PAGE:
1997 - Technical Reports
S. Vickers, 45ppReport: 1997/1
It is shown how many techniques of categorical domain theory can be expressed in the general context of topical categories (where "topical" means internal in the category Top of Grothendieck toposes with geometric morphisms). The underlying topos machinery is hidden by using a geometric form of constructive mathematics, which enables toposes as "generalized topological spaces" to be treated in a transparently spatial way, and also shows the constructivity of the arguments. The theory of strongly algebraic (SFP) domains is given as a case study in which the topical category is Cartesian closed.
Properties of local toposes and of lifting of toposes (sconing) are summarized, and it is shown that the category of toposes has a fixpoint object in the sense of Crole and Pitts. This is used to show that for a local topos, all endomaps have initial algebras, and this provides a general context in which to describe fixpoint constructions including the solution of domain equations involving constructors of mixed variance. Covariance with respect to embedding-projection pairs or adjunctions arises in a natural way.
The paper also provides a summary of constructive results concerning Kuratowski finite sets, including a novel strong induction principle; and shows that the topical categories of sets, finite sets and decidable sets are not Cartesian closed (unlike the cases of finite decidable sets and strongly algebraic domains).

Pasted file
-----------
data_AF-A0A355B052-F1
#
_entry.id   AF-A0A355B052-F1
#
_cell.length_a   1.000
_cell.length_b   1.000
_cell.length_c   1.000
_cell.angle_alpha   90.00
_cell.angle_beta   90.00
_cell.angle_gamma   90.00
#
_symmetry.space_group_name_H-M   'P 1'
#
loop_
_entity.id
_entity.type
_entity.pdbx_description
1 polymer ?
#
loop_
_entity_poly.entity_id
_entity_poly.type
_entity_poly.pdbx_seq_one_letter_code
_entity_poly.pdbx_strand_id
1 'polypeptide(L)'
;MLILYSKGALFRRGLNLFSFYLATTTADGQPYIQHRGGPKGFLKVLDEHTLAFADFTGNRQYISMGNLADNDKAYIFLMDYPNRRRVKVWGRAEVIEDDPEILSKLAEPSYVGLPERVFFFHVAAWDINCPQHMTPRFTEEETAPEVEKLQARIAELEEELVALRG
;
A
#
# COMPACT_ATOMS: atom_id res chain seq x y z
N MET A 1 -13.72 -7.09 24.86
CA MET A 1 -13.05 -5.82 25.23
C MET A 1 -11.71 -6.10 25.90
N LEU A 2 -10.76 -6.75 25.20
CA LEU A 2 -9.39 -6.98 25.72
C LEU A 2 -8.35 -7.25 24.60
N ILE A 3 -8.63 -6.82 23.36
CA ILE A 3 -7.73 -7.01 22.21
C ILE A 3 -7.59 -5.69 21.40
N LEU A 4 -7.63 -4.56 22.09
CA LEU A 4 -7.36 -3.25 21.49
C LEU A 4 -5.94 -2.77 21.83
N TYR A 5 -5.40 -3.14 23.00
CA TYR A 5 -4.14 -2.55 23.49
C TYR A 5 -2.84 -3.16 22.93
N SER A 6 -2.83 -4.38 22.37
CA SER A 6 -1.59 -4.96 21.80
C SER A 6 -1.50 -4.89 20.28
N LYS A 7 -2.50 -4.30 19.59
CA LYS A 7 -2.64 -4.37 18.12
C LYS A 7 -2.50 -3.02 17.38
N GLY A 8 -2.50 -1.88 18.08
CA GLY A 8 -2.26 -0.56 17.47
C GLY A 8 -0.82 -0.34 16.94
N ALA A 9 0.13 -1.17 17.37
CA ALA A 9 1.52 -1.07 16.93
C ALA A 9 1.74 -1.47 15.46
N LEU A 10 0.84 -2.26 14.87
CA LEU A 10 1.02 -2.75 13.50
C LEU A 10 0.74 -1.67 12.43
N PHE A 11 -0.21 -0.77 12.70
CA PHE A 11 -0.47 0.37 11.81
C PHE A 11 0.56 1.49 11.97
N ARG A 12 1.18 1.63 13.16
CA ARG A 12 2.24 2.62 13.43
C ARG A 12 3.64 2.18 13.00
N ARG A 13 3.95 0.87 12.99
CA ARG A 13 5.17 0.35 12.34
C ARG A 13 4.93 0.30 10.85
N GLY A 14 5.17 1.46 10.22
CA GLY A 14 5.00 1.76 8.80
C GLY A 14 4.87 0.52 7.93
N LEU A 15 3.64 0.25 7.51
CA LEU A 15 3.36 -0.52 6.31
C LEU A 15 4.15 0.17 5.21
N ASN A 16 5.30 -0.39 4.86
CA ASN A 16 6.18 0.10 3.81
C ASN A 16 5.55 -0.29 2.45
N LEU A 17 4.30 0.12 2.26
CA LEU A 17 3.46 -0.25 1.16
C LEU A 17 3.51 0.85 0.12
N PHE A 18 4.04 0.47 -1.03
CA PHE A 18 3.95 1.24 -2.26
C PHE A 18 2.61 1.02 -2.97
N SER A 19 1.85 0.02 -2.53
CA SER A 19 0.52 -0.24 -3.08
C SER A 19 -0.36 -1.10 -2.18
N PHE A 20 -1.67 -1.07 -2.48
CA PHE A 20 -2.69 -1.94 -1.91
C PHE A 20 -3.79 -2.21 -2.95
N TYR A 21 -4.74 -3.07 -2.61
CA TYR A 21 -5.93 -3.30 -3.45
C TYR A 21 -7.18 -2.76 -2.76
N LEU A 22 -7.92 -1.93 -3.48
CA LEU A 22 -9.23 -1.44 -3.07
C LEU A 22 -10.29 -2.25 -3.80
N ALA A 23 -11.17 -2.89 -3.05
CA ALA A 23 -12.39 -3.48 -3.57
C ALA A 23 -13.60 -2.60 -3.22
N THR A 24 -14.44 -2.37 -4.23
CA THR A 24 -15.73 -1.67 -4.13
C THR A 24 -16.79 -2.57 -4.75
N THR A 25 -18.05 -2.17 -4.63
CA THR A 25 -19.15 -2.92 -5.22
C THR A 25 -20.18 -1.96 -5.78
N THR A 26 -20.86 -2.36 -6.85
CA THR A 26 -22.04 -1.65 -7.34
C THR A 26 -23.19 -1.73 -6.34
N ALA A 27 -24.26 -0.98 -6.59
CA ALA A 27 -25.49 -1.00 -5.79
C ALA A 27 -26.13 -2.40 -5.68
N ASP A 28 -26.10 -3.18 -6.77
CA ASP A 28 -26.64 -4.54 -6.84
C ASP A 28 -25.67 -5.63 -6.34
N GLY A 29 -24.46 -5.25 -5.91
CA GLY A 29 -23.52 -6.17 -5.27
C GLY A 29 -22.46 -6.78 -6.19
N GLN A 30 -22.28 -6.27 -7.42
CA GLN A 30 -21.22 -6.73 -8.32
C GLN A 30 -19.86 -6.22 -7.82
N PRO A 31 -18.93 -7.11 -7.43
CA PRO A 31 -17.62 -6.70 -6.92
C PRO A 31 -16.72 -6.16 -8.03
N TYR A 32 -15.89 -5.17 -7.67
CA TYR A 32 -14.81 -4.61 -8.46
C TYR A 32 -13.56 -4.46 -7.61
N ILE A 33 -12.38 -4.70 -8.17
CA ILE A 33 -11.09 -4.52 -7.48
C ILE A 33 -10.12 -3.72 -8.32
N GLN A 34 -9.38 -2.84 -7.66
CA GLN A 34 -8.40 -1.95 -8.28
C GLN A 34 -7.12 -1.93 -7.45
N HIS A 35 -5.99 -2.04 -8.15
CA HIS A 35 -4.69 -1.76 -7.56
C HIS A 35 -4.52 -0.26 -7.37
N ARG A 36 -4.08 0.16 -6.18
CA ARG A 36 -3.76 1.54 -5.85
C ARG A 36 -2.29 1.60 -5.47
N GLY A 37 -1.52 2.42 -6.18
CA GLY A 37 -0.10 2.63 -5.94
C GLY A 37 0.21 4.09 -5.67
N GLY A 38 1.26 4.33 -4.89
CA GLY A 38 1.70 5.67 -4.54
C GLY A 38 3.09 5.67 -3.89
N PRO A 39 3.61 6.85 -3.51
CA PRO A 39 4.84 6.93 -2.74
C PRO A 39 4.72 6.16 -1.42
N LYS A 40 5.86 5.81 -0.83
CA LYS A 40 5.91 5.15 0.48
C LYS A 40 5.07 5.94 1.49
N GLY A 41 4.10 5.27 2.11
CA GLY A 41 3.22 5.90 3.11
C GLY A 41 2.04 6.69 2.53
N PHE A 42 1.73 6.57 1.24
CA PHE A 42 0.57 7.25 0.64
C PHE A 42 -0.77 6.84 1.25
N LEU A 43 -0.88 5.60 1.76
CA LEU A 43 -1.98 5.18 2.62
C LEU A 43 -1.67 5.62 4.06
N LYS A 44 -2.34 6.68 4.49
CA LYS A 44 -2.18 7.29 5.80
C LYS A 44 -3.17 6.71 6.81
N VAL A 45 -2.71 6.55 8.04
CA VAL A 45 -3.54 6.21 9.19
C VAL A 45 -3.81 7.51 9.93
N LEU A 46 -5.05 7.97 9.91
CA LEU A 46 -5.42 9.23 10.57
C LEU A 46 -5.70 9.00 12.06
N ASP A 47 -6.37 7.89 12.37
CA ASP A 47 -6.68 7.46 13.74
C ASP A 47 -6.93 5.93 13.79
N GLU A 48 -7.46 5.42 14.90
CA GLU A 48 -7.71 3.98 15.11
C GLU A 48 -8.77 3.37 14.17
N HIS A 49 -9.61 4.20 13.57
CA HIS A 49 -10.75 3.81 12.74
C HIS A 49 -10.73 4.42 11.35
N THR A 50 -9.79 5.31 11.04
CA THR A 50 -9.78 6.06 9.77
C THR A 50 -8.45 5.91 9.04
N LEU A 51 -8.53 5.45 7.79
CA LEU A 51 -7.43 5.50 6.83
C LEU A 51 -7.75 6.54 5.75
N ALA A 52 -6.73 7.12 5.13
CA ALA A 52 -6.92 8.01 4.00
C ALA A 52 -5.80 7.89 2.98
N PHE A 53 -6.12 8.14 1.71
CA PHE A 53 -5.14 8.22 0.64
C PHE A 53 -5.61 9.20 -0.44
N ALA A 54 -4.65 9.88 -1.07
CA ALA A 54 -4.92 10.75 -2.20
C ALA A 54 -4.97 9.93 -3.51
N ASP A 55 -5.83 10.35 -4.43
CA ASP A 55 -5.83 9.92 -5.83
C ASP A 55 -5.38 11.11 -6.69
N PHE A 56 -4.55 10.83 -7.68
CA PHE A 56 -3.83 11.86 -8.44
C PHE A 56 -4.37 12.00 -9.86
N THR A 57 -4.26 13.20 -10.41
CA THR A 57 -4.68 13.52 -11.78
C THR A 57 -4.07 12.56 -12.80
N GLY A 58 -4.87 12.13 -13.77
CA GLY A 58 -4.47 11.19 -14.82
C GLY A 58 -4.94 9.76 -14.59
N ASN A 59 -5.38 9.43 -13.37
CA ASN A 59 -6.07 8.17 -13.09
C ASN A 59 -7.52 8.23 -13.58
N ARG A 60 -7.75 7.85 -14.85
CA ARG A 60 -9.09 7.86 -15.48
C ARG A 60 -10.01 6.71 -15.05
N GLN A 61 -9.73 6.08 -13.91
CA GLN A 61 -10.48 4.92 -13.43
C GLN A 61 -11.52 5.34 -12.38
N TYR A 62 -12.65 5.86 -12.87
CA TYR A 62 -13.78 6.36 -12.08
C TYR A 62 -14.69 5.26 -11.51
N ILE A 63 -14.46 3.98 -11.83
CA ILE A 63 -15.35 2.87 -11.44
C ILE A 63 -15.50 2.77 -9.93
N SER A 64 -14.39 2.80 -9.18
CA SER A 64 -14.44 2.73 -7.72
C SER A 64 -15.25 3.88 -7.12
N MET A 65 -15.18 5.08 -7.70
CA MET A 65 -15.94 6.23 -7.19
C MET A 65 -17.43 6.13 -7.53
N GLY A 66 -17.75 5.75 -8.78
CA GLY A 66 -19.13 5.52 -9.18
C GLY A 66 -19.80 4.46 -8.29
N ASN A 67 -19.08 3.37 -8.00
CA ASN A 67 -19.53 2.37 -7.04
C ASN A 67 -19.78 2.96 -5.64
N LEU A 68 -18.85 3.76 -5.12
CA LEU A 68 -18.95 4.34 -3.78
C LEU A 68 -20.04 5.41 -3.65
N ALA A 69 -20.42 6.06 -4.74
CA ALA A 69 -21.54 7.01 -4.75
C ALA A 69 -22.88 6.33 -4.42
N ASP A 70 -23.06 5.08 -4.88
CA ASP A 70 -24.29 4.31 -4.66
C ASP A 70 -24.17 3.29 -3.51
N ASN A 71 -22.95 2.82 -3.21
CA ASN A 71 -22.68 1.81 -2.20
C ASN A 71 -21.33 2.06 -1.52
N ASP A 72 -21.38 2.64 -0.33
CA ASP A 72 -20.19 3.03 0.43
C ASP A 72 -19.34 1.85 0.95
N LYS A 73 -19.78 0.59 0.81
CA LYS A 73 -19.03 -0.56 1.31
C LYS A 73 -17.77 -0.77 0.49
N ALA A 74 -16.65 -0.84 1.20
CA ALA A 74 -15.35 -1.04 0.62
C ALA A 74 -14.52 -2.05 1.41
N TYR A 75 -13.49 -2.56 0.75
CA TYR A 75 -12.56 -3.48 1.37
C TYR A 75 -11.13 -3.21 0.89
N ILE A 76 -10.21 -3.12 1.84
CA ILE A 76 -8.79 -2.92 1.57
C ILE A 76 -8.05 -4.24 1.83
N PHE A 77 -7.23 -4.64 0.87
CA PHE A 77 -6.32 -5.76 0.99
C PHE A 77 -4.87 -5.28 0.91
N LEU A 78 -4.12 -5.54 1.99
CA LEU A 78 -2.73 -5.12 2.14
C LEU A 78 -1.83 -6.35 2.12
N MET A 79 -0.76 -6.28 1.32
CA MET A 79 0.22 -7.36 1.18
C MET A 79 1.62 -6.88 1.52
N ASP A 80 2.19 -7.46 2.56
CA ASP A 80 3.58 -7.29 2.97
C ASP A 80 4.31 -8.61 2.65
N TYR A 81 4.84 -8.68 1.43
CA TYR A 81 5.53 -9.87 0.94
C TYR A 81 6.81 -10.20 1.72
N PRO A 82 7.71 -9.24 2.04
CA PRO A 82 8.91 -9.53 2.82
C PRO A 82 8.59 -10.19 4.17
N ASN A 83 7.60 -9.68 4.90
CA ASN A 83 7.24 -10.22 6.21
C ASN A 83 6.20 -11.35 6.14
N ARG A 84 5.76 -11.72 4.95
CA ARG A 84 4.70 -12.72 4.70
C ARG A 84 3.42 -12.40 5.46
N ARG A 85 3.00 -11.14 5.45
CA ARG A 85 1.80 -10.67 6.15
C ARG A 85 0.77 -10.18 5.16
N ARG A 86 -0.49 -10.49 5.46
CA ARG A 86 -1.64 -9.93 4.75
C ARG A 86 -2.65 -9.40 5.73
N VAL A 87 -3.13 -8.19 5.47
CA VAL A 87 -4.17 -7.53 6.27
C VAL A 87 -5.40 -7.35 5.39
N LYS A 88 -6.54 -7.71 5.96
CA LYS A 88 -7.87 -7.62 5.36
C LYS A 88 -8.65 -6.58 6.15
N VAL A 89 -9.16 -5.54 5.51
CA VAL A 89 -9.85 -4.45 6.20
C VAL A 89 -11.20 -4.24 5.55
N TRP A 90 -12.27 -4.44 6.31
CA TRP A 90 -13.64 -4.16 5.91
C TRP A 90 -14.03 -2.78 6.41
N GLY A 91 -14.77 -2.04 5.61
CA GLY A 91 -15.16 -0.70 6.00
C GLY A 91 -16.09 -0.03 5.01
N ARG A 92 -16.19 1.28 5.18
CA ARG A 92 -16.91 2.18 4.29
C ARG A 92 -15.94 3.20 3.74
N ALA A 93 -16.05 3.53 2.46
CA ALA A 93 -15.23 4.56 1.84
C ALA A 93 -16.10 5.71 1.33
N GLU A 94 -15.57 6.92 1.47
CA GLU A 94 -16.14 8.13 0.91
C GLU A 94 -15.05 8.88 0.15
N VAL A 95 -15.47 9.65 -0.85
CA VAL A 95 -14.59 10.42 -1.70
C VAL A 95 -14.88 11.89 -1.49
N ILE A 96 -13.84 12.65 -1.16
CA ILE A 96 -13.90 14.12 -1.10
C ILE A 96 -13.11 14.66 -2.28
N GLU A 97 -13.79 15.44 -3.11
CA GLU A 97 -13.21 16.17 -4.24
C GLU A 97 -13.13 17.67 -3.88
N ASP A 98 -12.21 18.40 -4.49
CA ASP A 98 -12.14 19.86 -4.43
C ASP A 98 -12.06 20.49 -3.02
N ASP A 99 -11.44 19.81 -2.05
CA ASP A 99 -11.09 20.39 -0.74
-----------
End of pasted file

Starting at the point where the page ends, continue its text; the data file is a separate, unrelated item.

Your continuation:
S. Vickers, 33ppReport: 1997/2
We give a constructive localic account of the completion of quasimetric spaces. In the context of Lawvere's approach, using enriched categories, the points of the completion are flat left modules over the quasimetric space. The completion is a triquotient surjective image of a space of Cauchy sequences and can also be embedded in a continuous depo, the "ball domain". Various examples and constructions are given, including the lower, upper and Vietoris powerlocales, which are completions of finite powerspaces. The exposition uses the language of locales as "topology-free spaces".
A. Zisman , 0ppReport: 1997/3